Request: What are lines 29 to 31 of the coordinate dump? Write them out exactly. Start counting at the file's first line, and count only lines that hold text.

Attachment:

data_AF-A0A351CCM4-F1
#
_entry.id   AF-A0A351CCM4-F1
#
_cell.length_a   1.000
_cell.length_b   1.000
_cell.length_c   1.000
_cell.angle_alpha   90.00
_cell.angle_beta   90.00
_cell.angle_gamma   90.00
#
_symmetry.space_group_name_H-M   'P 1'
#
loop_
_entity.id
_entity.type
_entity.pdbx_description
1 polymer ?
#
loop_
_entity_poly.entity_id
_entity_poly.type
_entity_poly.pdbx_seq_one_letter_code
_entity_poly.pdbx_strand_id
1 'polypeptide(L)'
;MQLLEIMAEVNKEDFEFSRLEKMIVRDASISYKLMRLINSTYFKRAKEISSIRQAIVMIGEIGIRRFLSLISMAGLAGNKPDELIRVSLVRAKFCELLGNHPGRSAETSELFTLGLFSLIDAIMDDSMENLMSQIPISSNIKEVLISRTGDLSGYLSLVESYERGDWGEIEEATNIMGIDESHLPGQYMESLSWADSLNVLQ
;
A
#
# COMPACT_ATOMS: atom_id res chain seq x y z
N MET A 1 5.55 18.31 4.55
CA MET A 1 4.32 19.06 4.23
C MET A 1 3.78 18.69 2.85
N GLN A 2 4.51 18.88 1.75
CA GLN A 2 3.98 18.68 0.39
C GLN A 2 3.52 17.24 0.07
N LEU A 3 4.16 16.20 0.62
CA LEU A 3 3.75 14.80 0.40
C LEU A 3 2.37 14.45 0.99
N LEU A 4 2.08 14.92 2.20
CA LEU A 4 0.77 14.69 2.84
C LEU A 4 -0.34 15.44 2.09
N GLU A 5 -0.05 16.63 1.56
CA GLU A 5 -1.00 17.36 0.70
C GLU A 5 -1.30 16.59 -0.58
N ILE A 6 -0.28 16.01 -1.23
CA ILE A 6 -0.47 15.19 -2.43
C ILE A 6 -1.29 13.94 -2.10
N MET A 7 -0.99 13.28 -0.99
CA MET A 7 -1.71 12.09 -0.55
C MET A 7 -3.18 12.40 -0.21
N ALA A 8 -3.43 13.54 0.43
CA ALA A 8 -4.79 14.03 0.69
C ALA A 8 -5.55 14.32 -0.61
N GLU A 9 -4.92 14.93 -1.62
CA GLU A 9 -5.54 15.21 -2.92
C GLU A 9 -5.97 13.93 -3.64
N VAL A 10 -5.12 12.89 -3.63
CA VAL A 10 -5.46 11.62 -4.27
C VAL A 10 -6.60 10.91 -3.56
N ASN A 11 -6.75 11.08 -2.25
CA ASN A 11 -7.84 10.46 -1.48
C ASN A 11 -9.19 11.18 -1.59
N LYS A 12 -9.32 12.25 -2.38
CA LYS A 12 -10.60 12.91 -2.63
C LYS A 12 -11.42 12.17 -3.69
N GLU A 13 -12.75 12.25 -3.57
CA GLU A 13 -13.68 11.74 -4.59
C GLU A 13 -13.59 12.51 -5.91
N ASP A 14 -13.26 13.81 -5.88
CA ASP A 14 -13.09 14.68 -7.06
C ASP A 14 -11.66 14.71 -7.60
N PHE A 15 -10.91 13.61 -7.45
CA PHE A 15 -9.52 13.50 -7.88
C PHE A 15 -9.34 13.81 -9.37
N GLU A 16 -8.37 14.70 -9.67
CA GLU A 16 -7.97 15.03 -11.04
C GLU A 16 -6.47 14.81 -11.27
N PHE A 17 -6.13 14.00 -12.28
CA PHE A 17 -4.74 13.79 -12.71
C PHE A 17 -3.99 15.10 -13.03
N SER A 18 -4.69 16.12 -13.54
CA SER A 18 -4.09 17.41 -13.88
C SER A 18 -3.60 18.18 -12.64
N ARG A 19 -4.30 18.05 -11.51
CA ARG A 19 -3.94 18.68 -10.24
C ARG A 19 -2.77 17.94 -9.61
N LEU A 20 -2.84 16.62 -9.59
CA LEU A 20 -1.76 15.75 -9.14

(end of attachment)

#
# COMPACT_ATOMS: atom_id res chain seq x y z
N MET A 1 5.55 18.31 4.55